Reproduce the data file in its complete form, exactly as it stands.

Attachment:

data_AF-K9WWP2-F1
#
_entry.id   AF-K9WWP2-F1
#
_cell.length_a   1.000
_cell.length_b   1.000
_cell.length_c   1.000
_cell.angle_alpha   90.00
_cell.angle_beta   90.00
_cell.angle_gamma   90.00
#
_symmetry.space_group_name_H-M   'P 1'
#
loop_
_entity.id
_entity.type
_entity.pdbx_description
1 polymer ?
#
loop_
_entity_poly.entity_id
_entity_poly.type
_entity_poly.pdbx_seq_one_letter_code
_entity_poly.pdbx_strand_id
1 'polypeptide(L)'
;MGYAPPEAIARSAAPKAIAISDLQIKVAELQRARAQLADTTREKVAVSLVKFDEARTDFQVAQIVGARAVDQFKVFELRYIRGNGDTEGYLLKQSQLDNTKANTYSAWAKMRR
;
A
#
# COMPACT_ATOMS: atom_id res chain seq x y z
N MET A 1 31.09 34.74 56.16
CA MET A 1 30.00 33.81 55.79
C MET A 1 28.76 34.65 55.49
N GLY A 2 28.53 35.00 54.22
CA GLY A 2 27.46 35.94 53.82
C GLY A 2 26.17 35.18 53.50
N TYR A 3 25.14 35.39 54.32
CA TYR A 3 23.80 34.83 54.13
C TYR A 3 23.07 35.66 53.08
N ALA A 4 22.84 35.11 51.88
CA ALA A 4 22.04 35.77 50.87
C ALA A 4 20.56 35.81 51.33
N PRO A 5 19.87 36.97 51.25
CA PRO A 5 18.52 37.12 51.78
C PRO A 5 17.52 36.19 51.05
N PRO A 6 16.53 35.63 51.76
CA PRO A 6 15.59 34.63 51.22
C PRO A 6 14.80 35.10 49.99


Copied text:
data_AF-K9WWP2-F1
#
_entry.id   AF-K9WWP2-F1
#
_cell.length_a   1.000
_cell.length_b   1.000
_cell.length_c   1.000
_cell.angle_alpha   90.00
_cell.angle_beta   90.00
_cell.angle_gamma   90.00
#
_symmetry.space_group_name_H-M   'P 1'
#
loop_
_entity.id
_entity.type
_entity.pdbx_description
1 polymer ?
#
loop_
_entity_poly.entity_id
_entity_poly.type
_entity_poly.pdbx_seq_one_letter_code
_entity_poly.pdbx_strand_id
1 'polypeptide(L)'
;MGYAPPEAIARSAAPKAIAISDLQIKVAELQRARAQLADTTREKVAVSLVKFDEARTDFQVAQIVGARAVDQFKVFELRYIRGNGDTEGYLLKQSQLDNTKANTYSAWAKMRR
;
A
#
# COMPACT_ATOMS: atom_id res chain seq x y z
N MET A 1 31.09 34.74 56.16
CA MET A 1 30.00 33.81 55.79
C MET A 1 28.76 34.65 55.49
N GLY A 2 28.53 35.00 54.22
CA GLY A 2 27.46 35.94 53.82
C GLY A 2 26.17 35.18 53.50
N TYR A 3 25.14 35.39 54.32
CA TYR A 3 23.80 34.83 54.13
C TYR A 3 23.07 35.66 53.08
N ALA A 4 22.84 35.11 51.88
CA ALA A 4 22.04 35.77 50.87
C ALA A 4 20.56 35.81 51.33
N PRO A 5 19.87 36.97 51.25
CA PRO A 5 18.52 37.12 51.78
C PRO A 5 17.52 36.19 51.05
N PRO A 6 16.53 35.63 51.76
CA PRO A 6 15.59 34.63 51.22
C PRO A 6 14.80 35.10 49.99